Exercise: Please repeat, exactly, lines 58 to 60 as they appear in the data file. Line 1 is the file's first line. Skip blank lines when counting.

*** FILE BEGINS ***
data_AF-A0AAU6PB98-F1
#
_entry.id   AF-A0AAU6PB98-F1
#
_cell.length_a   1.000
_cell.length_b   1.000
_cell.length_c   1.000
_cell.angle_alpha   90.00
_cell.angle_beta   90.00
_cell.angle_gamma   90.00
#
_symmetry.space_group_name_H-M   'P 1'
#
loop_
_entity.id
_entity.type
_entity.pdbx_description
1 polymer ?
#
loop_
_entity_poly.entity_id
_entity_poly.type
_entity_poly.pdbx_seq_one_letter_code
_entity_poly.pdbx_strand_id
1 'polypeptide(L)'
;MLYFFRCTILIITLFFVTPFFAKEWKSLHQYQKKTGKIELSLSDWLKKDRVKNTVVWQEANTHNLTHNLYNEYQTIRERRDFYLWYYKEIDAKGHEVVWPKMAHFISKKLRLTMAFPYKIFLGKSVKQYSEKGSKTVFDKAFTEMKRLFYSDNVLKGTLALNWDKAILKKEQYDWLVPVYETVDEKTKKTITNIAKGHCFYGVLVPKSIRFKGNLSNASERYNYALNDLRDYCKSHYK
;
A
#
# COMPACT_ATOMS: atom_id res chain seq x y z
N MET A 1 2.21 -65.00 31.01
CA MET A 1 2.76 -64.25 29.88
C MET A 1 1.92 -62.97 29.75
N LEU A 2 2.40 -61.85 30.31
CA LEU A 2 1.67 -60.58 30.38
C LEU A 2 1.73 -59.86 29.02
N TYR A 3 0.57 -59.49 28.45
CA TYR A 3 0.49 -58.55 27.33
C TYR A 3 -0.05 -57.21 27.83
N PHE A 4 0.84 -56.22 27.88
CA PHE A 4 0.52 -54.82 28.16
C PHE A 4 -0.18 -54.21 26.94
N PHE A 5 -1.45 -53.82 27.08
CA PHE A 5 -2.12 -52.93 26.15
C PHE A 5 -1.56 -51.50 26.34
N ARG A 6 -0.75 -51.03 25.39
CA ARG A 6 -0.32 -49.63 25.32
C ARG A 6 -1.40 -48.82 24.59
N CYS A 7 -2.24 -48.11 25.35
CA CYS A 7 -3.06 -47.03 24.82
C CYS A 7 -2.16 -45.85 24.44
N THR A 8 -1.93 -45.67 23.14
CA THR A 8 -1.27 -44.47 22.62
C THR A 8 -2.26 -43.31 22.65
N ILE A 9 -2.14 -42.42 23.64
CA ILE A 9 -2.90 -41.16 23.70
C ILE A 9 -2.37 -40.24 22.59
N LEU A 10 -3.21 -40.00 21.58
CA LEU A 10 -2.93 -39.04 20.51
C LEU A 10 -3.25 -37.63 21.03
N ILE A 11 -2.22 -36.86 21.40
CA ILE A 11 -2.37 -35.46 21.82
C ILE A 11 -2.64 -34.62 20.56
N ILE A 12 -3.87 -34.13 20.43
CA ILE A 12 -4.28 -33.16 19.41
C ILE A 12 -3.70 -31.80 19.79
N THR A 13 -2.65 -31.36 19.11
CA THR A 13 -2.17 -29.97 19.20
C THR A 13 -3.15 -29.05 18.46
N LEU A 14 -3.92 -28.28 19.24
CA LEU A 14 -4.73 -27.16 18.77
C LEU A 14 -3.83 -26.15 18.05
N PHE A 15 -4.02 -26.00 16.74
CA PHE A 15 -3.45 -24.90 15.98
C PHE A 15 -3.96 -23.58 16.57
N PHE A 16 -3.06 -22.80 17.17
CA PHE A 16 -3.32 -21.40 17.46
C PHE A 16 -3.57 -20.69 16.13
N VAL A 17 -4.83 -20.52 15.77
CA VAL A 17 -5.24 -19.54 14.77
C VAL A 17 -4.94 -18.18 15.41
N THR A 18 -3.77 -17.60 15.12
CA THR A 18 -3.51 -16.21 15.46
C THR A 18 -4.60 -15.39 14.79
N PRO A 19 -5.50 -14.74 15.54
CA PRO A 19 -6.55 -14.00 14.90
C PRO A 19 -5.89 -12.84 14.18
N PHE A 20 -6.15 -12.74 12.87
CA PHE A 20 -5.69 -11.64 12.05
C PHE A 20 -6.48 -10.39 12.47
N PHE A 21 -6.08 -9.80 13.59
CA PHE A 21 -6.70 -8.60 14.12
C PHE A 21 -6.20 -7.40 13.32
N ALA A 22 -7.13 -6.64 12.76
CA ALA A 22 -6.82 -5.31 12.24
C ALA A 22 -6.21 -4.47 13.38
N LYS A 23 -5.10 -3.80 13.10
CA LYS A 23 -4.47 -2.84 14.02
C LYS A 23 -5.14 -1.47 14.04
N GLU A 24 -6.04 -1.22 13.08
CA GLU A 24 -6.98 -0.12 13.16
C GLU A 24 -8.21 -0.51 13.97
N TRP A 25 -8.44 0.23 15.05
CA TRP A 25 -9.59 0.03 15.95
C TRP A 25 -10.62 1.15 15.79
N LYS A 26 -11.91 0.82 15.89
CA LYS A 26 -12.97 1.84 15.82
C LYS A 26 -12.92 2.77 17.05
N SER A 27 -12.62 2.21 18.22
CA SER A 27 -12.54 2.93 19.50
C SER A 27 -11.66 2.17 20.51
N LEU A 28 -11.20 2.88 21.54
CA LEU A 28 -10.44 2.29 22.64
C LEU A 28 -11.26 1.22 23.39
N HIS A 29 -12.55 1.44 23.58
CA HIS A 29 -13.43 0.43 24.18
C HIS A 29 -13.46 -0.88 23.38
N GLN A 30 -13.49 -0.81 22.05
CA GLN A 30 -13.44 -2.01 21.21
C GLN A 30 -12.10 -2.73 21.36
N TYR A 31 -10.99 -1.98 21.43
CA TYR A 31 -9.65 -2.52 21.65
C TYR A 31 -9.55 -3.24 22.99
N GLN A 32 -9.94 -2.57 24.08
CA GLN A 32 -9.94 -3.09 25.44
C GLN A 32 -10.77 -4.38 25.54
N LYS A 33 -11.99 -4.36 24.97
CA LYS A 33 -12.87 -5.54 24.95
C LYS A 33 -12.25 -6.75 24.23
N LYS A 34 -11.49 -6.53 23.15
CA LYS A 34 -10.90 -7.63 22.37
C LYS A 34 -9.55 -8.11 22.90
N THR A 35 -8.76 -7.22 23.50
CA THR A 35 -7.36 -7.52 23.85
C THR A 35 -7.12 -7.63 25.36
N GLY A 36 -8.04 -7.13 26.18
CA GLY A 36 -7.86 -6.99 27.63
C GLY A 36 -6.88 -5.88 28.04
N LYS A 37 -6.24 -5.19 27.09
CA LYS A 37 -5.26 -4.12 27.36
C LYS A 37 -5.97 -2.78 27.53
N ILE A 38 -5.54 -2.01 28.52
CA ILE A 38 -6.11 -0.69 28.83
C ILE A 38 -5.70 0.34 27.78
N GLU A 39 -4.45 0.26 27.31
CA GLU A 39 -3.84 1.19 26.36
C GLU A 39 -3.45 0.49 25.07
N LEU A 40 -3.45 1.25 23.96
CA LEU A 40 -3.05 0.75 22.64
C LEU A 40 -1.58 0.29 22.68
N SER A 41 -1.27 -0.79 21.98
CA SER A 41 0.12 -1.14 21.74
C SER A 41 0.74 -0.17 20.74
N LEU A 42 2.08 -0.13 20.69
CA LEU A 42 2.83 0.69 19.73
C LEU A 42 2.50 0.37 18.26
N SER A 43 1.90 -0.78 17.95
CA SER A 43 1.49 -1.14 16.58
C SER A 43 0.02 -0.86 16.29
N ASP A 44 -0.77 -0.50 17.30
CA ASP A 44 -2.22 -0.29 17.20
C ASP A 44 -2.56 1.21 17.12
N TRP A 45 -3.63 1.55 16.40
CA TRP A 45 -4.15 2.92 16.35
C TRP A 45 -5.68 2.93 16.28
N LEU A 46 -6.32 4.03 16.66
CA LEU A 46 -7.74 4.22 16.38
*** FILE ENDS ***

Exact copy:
N LEU A 10 -3.21 -40.00 21.58
CA LEU A 10 -2.93 -39.04 20.51
C LEU A 10 -3.25 -37.63 21.03